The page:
First Look: Taylor 417e-R
The newest gem in the Grand Pacific line opens up the tone possibilities of a round shouldered dreadnought.
The 417e-R Is a Grand Pacific acoustic-electric crated with solid Indian rosewood back and sides, a solid Sitka spruce top and V-Class bracing. The round-shoulder dreadnought design pairs beautifully with the classic rosewood/spruce tonewood configuration, yielding a vintage-inspired, blended sound with clear low-end power and notes that overlap into a seamless whole. A warm bass range and crisp trebles resonate around a slightly scooped midrange, while the innovative bracing design coaxes out more power, longer sustain and near-perfect harmony across the fretboard. Like its siblings, the 417e-R is detailed white binding, black and white top purfling, a single-ring agoya shell rosette, Finial fretboard inlays in Italian acrylic, a gloss-finish body with a Tobacco Sunburst top, nickel tuners and a faux tortoiseshell pickguard. It includes ES2 electronics for warm and dynamic amplified sound and a deluxe hardshell case for storage and protection.
Taylor GTe Urban Ash Review
Inventive bracing, uncommon tonewoods, and a shorter scale make this small-bodied flattop both big voiced and super playable.
Loud for its size. Ringing, detailed top-end. Punchy, defined bass. Super playability. High quality.
Hard picking can generate harsh, compressed overtones.
$1,399 street; $1,599 street as tested with Expression System 2 electronics and included AeroCase
Taylor GTe Urban Ash
Taylor’s new GT Urban Ash breaks a lot of ground for one guitar. It marks the introduction of another specialized Andy Powers-devised bracing pattern. It introduces a new-for-Taylor 24 1/8" scale length. It also underscores Taylor’s recent adoption of, and commitment to, shamel ash—a beautiful wood harvested from Los Angeles street trees.
But the GT, or Grand Theater, is also evolutionary—an extension of a concept for a compact, portable, sweet-playing flattop that was born with the Baby Taylor and evolved into the GS Mini. Unlike those guitars, the GT is a U.S.A.-built, all-solid-wood guitar. And with dimensions similar to a 00 Martin, it isn’t exactly a travel guitar anymore. But its design enhancements make it a more complex and forceful sounding instrument than the smaller GS Mini.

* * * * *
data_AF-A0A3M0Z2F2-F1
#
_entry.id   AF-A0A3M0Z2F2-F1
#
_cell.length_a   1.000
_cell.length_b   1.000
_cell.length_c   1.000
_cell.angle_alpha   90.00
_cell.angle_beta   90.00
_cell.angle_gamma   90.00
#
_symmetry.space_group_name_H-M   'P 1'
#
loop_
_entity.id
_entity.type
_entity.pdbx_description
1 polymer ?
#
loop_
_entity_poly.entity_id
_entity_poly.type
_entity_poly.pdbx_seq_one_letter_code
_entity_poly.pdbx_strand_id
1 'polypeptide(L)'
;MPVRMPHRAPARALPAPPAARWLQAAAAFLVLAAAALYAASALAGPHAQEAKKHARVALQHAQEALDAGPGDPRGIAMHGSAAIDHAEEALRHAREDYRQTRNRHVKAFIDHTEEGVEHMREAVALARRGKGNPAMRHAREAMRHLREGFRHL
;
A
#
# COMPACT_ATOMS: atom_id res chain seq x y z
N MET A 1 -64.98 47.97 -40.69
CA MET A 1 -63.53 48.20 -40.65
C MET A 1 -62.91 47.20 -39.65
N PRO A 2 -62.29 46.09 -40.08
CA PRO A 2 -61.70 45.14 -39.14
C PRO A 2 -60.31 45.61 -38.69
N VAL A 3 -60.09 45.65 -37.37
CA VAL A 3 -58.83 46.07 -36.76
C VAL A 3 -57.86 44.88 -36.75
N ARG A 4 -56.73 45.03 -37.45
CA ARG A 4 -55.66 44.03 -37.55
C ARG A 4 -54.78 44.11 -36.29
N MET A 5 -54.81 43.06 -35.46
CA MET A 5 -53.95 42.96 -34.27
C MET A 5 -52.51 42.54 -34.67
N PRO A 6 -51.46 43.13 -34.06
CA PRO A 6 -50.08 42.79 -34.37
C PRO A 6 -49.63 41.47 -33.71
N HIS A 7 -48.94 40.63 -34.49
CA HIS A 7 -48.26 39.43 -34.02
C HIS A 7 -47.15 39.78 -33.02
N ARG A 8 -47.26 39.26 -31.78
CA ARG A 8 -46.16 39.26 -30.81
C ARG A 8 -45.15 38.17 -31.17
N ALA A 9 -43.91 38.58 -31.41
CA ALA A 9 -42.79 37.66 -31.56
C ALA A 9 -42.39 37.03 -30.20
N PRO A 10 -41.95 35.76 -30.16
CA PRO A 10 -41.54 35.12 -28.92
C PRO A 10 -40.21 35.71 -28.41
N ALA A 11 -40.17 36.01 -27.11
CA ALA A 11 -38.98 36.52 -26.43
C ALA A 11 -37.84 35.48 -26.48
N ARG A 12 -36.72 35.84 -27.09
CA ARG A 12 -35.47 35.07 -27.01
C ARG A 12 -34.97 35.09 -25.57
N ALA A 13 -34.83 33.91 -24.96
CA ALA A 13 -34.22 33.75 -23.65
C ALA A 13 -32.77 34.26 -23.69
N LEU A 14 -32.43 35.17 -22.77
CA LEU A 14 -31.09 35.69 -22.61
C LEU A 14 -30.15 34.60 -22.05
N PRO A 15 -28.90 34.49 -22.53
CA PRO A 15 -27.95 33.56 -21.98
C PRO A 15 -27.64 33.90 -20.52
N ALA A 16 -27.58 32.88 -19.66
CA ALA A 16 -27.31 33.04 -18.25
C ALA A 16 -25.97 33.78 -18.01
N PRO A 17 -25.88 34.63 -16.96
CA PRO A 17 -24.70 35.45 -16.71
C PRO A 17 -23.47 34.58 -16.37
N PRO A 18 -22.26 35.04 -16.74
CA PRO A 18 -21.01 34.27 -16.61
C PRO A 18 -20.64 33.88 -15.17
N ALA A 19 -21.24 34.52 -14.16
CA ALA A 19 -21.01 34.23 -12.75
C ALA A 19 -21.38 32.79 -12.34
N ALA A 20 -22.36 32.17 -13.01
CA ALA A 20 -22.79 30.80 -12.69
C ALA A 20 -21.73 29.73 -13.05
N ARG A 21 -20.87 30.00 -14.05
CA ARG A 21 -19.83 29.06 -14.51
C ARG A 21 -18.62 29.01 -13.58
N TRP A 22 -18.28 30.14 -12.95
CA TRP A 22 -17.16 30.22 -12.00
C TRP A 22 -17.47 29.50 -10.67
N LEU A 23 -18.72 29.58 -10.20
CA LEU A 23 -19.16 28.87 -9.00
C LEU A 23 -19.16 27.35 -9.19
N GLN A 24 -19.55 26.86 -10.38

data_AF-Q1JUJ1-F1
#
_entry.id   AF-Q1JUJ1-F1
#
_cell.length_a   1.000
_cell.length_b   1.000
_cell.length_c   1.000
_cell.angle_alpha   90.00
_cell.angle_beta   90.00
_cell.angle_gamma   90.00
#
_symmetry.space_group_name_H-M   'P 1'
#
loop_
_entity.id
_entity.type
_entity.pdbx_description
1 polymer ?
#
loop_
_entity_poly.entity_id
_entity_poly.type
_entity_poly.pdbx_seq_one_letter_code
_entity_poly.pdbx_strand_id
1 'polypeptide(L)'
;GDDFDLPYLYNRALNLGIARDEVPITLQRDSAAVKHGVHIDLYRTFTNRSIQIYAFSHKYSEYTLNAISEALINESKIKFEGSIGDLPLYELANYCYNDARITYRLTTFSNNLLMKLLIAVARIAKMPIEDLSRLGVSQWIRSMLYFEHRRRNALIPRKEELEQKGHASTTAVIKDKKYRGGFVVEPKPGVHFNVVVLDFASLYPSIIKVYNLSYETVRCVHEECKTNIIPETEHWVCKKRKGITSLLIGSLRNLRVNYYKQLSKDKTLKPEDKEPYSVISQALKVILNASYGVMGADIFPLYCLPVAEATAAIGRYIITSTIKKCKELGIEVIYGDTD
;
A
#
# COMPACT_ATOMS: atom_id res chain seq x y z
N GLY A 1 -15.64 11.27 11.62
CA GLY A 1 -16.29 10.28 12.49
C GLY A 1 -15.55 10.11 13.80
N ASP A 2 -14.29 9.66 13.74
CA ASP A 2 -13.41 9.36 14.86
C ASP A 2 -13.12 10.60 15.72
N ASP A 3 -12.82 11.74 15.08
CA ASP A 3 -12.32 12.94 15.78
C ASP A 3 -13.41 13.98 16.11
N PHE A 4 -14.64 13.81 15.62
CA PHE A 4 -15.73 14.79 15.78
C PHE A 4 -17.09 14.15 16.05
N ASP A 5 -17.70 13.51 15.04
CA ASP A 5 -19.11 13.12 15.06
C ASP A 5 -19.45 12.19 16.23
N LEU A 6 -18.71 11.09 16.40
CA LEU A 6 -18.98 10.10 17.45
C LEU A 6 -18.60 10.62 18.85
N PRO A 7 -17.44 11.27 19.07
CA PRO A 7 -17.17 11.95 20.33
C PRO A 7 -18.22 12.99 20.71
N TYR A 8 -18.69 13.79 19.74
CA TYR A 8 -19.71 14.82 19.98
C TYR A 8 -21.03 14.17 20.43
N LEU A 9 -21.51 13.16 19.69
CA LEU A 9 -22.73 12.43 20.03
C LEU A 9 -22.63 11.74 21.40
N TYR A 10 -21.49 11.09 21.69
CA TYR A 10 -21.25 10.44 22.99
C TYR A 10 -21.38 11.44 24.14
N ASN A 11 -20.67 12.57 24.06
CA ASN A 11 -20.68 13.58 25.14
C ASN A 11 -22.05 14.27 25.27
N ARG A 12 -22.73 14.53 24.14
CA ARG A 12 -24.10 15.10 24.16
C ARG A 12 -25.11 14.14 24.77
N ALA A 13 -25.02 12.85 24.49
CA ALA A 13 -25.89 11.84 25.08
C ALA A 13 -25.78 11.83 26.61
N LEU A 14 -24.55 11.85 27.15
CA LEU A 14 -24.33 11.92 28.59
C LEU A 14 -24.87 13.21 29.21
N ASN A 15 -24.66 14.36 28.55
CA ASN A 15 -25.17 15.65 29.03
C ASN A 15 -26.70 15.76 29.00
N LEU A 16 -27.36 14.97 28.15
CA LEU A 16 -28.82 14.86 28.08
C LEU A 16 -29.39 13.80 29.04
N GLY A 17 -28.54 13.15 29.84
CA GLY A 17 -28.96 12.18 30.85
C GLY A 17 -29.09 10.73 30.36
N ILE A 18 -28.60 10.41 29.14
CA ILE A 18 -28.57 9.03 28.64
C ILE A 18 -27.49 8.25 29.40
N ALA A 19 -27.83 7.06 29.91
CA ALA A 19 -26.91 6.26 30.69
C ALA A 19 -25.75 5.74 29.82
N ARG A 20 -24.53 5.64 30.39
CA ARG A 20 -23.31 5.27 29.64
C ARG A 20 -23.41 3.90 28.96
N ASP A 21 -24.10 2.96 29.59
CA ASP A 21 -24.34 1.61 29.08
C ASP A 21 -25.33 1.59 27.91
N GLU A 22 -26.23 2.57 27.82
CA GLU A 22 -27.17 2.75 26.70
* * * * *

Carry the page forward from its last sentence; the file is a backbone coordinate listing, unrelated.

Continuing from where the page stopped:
Taylor design maestro Andy Powers has a pretty restless engineering mind. His V-Class bracing, now just a few years old, grabbed the attention of an acoustic world that rolls with change reluctantly. In very general terms, V-Class bracing was designed to deliver even resonance and greater projection. Powers adapted some of the lessons from the V-Class design process to the asymmetric, cantilevered C-Class bracing on the GT. And if you’re even vaguely accustomed to peeking at a flattop’s innards, the deviations from the norm are plain to see. The bracing sections are arrayed irregularly. Even the back bracing is, unconventionally, slanted aft on the bass side. The build quality inside and out is, no surprise, near immaculate. Setup and intonation are perfect, too.
Though shamel ash appears elsewhere in the Taylor catalog, Taylor made it a featured option in the GT line. It’s beautiful wood, with lots of cool figuring and walnut-like dark, deep grain that make it fun to look at and hold. The satin finish enhances its rustic qualities to lovely effect.
Tonally, it’s probably more akin to mahogany than anything else. But it also seems to emphasize fundamentals and sounds more responsive and full of reflective energy than mahogany. Combined with the C-Class bracing and the Sitka spruce top, the shamel ash enhances the snappier, more detailed facets of the GT’s personality. For players that want to chase more familiar tone recipes and explore the way they interact with the GT’s dimensions and bracing, there are also rosewood (GT 811e) and koa (GT K21e) versions.
Big, Bright Little Buddy
One of the striking things about the GTe Urban Ash is its occasionally forceful personality. Pick hard and it can be downright brash. But in general, the sum of the GTe’s wood recipe, bracing, and scale is a harmonic profile that’s punchy in the low end and full of energized, ringing treble tones.
When you use light-to-moderately-intense touch, the pronounced bass and trebles co-exist harmoniously with the body’s natural midrange. Not coincidentally, fingerpicking, hybrid picking, and strumming with a thin pick bring out the most balanced version of the guitar’s voice. Using these gentler approaches also mean you can utilize the instrument’s ample headroom to very dynamic ends.
Playing hard activates a very different personality—emphasizing the fast, punchy bass and the high-power treble at the expense of some midrange presence. If you play or record a lot of rhythm-driven rock songs acoustic style, you may well dig this aspect of the GTe’s makeup. The GTe is flat-out loud. And thanks to the low action and the beautifully shaped neck (which has more than a few echoes of a shallow, vintage-Fender U shape), it feels incredibly fast.
While there is no denying the GTe’s overachieving loudness, heavy pick attack tends to compress into a very punchy but washed out whole. That said, if you love Pete Townshend’s most aggressive rhythm playing, or Peter Buck’s and Johnny Marr’s flurries of arpeggios, you might find this sound an asset, and it’s easy to hear how the GTe would excel at layering extra-exciting rhythm parts in the studio.